According to the FracTracker report, on an average, a pipeline catches fire every 4 days and results in an explosion every 11 days, an injury every 5 days and a fatality every 26 days. They concluded that hazardous liquids pipelines cause the majority of incidents (64%) and damages (also 64%) even though the liquids account for less than 8% of the total mileage of the network.
In total, there have been almost 600 serious injuries, more than 125 fatalities, 300 explosions, more than 800 fires, 30,000 people who had to be evacuated and a staggering 4 billion USD worth of losses due to the damages. These tragedies often ruin the company’s reputation. Hence the industry just needs to fix the problem before it's too late.
Data shows that pipelines and people pose life-threatening risks to one another. A major natural gas transmission pipeline has the potential to rupture and explode, harming people and property; a major hazardous liquid pipeline has the potential to spill its contents into a river, contaminate drinking water, or release hazardous vapors, causing public health and environmental problems; a gas distribution line has a potential to leak and ignite causing an explosion in a city. At the same time, a landowner or city may improperly plant deep-rooted trees too near a pipeline, introducing a potential damage source to that line.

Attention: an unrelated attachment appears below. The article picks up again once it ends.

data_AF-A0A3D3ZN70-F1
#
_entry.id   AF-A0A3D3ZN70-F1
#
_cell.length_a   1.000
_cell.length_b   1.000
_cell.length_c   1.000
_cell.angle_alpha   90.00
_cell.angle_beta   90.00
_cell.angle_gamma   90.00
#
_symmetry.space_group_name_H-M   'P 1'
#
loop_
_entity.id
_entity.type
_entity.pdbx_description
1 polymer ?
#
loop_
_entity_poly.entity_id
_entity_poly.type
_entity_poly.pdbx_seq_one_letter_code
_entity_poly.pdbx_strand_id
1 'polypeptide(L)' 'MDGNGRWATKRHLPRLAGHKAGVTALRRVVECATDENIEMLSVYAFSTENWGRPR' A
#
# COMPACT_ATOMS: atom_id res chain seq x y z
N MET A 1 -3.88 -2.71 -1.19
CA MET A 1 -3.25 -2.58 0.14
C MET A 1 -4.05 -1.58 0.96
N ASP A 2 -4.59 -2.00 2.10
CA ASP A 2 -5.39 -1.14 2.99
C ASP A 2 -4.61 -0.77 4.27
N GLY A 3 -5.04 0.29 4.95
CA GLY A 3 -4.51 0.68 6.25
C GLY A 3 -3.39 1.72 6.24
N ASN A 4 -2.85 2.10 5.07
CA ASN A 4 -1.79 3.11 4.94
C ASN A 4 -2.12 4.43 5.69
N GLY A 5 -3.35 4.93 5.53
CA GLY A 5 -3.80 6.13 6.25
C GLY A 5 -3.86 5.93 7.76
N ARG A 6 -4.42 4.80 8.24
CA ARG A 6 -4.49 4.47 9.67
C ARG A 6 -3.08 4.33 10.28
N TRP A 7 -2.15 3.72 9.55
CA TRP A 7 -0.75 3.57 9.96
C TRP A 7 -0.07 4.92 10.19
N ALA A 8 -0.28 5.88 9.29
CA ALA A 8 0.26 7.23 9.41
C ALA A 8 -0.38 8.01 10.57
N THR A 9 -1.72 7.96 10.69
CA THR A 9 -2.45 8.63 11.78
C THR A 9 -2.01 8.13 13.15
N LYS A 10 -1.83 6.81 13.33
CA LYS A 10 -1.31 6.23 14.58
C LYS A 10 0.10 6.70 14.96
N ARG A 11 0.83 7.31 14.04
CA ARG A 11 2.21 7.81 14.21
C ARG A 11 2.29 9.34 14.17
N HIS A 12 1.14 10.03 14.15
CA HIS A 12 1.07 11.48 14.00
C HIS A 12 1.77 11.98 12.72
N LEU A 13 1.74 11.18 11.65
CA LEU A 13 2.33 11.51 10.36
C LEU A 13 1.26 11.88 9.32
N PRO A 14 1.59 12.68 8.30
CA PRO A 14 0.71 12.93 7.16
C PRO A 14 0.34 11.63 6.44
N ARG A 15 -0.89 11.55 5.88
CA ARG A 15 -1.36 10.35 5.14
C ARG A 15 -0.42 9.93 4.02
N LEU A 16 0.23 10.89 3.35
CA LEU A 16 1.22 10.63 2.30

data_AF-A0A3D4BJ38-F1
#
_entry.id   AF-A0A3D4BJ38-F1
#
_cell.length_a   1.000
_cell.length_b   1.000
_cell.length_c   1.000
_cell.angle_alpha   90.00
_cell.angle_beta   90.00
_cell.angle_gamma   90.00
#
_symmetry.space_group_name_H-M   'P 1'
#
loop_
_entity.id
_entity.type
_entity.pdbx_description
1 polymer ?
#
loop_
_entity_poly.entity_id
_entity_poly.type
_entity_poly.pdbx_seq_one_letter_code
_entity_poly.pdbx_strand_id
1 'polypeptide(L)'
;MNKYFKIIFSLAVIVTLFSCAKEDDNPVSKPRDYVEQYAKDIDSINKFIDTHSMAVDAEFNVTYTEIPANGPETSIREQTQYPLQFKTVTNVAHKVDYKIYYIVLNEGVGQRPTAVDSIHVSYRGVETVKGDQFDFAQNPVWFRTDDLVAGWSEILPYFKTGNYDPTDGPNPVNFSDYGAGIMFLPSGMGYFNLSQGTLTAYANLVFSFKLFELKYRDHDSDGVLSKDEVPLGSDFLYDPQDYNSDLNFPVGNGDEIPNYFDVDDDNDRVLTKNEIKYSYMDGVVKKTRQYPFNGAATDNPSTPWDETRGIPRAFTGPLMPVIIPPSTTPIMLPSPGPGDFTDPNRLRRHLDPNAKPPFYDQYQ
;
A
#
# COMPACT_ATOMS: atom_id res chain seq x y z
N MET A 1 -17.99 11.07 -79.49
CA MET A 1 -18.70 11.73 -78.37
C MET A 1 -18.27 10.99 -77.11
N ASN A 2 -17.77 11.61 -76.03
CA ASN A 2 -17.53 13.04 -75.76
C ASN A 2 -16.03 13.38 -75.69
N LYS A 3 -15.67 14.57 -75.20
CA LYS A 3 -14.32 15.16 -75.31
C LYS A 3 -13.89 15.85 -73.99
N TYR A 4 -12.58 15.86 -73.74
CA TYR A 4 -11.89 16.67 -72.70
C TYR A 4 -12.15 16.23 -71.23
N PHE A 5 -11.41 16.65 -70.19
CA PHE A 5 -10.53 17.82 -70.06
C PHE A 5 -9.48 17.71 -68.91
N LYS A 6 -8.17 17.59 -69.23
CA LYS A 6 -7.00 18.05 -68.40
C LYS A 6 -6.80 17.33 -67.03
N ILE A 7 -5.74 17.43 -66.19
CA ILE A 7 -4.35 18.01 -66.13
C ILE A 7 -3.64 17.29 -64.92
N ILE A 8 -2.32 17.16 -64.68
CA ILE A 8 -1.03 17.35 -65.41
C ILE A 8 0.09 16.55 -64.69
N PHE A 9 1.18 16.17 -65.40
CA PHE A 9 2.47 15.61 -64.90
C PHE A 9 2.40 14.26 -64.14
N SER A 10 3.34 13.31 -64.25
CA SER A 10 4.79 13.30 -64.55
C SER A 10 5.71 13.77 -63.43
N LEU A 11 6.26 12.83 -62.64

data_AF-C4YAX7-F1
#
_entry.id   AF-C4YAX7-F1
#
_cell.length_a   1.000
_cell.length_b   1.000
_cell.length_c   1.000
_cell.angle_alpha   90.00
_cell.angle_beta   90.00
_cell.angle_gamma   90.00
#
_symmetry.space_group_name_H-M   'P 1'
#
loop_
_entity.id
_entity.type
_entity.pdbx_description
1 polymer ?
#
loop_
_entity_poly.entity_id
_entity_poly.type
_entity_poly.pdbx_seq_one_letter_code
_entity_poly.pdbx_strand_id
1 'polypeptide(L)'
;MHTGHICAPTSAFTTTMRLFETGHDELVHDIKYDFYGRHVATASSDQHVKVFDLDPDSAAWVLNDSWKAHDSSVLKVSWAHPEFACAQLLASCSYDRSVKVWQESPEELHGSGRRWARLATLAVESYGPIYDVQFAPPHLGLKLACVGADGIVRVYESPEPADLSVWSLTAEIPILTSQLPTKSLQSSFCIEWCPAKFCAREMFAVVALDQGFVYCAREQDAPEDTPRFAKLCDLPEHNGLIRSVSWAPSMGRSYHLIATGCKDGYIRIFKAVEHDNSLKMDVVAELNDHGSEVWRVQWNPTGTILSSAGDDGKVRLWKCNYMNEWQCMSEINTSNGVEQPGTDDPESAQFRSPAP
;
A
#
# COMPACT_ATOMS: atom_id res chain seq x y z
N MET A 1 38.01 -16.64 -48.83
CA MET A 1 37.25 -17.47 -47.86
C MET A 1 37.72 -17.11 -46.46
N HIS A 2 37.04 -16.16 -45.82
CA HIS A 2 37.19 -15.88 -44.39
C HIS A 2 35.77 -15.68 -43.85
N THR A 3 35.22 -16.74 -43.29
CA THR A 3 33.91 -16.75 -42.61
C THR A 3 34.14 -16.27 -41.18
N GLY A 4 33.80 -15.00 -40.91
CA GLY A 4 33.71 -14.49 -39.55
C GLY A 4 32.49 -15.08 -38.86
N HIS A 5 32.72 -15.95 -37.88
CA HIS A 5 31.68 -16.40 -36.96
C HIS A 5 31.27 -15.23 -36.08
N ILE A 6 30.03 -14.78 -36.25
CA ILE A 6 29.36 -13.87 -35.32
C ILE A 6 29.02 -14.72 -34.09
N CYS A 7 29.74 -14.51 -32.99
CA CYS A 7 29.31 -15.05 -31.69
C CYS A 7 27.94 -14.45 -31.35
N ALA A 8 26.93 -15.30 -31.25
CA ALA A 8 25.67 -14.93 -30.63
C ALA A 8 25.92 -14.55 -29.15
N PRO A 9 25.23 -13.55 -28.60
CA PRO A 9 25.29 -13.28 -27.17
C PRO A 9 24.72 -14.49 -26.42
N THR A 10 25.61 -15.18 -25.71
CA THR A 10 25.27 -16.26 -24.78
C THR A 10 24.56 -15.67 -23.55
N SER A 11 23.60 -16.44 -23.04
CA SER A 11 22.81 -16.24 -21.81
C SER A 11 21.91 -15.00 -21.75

Methane leaks: Causing global warming and billions of dollars in revenue losses
According to a 2018 analysis, methane leaks from the US oil and gas industry are 60% greater than official estimates. The leakage rate was noted to be 2.3% compared to the 1.4% estimate from the EPA. Experts believe that a 2.3% leakage rate is concerning.